BETHEL — Nearly 200 people gathered at the side lawn of the Dr. Moses Mason House for the annual community picnic and Portland Brass Quintet concert Thursday afternoon.

Prior to the two-hour concert, William Andrews, president of the Board of Trustees of the Bethel Historical Society, told the audience that the tradition of the community picnic stretched back to the 1800s, when Dr. Moses Mason “still lived in this house.”

“The tradition included lengthy orations that went on and on and on throughout the afternoon about the Fourth of July,” Andrews said. “Today, we’re going to break that tradition by having some brief remarks.”

Guest speaker Matt Ruby, head of students for Gould Academy in Bethel, gave a brief speech on what the Fourth of July means to him.

“Many don’t realize this, but the Continental Congress actually voted on independence on July 2, not on the fourth,” Ruby said. “They made the decision on July 2, and July 4 was when they finalized the Declaration of Independence. In other words, July 4 was the paperwork day.”

He read a passage from a letter written by former President John Adams that said, “’the Second of July will be the most memorable in the day of America. I’m apt to believe it will be celebrated by succeeding generations as the great anniversary festival.’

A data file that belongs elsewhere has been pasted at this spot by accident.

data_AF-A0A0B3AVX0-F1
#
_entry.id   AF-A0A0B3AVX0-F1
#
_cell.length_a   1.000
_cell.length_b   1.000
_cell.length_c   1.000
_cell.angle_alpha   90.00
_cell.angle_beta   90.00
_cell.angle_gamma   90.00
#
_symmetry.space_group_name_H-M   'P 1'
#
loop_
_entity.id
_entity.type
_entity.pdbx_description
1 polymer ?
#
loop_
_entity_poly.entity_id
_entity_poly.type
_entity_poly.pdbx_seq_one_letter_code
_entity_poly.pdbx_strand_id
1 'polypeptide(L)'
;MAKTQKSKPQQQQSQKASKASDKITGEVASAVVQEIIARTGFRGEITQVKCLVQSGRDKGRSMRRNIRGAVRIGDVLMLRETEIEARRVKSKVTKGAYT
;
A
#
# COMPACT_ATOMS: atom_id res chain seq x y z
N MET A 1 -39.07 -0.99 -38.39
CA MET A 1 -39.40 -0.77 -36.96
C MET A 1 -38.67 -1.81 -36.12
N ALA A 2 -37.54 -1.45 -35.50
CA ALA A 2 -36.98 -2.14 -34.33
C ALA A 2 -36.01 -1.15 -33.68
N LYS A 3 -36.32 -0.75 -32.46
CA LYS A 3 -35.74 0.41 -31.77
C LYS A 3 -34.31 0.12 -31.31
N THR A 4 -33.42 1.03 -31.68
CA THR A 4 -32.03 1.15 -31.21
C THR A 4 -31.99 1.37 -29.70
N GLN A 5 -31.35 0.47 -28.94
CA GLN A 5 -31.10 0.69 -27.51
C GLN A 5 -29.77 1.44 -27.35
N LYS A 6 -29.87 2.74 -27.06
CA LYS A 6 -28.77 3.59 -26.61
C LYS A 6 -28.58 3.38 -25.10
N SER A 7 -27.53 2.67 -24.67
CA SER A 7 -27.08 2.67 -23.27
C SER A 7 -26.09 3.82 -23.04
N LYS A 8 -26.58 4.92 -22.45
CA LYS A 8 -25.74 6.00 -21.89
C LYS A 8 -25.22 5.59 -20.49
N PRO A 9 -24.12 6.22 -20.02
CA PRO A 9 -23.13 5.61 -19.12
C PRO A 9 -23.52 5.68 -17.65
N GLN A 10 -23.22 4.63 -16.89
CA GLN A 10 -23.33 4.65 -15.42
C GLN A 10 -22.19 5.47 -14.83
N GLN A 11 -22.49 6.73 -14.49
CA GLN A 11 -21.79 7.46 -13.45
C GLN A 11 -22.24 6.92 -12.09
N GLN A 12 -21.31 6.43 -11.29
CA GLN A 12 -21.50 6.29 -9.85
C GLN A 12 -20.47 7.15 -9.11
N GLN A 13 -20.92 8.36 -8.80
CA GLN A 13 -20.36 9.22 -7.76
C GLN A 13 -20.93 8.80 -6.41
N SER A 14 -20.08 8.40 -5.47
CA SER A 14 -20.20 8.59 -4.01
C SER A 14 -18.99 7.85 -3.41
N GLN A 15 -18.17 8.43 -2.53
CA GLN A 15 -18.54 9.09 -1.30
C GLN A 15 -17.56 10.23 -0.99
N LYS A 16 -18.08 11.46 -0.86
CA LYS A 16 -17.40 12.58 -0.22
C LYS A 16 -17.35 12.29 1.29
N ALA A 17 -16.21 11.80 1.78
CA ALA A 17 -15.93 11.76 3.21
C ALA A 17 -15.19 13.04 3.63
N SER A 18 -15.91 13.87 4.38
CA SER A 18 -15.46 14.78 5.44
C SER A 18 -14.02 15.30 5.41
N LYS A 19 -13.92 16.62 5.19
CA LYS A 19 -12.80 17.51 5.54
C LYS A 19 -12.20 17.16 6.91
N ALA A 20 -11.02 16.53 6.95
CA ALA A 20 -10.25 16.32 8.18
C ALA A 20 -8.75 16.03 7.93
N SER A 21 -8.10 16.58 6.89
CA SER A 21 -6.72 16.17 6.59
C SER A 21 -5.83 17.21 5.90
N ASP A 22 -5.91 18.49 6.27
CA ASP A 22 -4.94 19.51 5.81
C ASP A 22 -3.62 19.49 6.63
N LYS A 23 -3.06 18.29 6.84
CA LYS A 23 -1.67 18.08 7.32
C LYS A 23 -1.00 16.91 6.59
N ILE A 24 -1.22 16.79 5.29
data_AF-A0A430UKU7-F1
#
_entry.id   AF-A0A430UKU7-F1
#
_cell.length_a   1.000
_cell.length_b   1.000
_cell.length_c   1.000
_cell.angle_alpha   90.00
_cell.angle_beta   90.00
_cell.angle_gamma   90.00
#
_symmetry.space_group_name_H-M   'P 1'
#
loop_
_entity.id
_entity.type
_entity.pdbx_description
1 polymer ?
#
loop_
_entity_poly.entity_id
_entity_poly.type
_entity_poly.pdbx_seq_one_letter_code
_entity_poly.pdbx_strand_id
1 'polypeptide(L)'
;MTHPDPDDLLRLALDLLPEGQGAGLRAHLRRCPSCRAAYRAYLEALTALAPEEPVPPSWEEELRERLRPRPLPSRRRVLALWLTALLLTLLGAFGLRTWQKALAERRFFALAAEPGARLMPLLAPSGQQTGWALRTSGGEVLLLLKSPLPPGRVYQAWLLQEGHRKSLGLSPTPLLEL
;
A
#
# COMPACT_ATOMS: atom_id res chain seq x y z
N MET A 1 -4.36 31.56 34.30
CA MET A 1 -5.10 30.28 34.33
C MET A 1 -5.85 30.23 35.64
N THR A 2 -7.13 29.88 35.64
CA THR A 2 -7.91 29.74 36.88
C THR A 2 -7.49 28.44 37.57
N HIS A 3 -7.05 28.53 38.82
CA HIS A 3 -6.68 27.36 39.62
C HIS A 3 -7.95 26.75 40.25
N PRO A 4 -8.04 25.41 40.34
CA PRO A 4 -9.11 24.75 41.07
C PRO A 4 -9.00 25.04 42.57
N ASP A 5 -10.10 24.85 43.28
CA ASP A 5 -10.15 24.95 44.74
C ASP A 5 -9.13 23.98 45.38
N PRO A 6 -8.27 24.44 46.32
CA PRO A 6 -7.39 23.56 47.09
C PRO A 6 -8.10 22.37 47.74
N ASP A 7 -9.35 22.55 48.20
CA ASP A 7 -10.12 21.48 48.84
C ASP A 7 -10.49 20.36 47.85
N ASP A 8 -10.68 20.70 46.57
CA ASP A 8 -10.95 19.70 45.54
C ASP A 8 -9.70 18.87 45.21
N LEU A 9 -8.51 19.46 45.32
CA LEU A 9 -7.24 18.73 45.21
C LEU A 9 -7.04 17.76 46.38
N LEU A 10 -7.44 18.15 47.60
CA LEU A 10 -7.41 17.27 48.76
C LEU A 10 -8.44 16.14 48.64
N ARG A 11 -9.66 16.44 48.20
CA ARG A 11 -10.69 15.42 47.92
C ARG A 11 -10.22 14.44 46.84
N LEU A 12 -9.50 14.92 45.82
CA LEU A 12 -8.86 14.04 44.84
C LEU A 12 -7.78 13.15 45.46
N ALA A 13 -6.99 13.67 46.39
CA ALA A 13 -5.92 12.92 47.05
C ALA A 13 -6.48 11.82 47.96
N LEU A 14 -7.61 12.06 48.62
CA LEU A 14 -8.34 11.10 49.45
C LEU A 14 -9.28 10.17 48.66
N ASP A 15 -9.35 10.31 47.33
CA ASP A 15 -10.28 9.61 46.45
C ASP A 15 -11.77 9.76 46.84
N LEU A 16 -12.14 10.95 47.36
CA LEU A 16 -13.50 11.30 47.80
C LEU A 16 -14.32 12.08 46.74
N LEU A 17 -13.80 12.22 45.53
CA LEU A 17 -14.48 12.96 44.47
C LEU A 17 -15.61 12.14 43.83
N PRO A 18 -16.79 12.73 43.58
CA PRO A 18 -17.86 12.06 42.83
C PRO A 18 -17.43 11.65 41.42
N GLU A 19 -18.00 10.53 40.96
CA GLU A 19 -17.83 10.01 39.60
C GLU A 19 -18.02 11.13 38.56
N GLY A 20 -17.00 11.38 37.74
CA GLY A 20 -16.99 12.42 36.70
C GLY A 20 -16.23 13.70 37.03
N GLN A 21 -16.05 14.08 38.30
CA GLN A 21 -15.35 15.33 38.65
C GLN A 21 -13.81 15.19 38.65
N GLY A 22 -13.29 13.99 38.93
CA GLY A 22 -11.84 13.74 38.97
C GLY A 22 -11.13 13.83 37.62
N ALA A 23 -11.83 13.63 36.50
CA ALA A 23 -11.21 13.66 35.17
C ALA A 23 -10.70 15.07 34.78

“You see, he was convinced that the second of July would be celebrated,” Ruby said. “There’s also some argument on whether Aug. 2 should be the day we celebrated. That was the day that the Declaration came back from the printers, and all the John Hancocks were put on the document.”

Ruby said that regardless of which day it is celebrated, he gets choked up on Independence Day.

“I don’t know if it was my time in the Navy, my time as a history teacher or my many great role models,” Ruby said, “but whenever I see our flag or hear our national anthem, I respond with great emotion. Our nation and our history don’t feel abstract to me. I feel a great connection and purpose.”

After Ruby’s speech, four members of the Bethel American Legion presented the colors by walking in the U.S. and state flags.

The Portland Brass Quintet followed with a two-hour concert of American songs, ranging from folk to ragtime.

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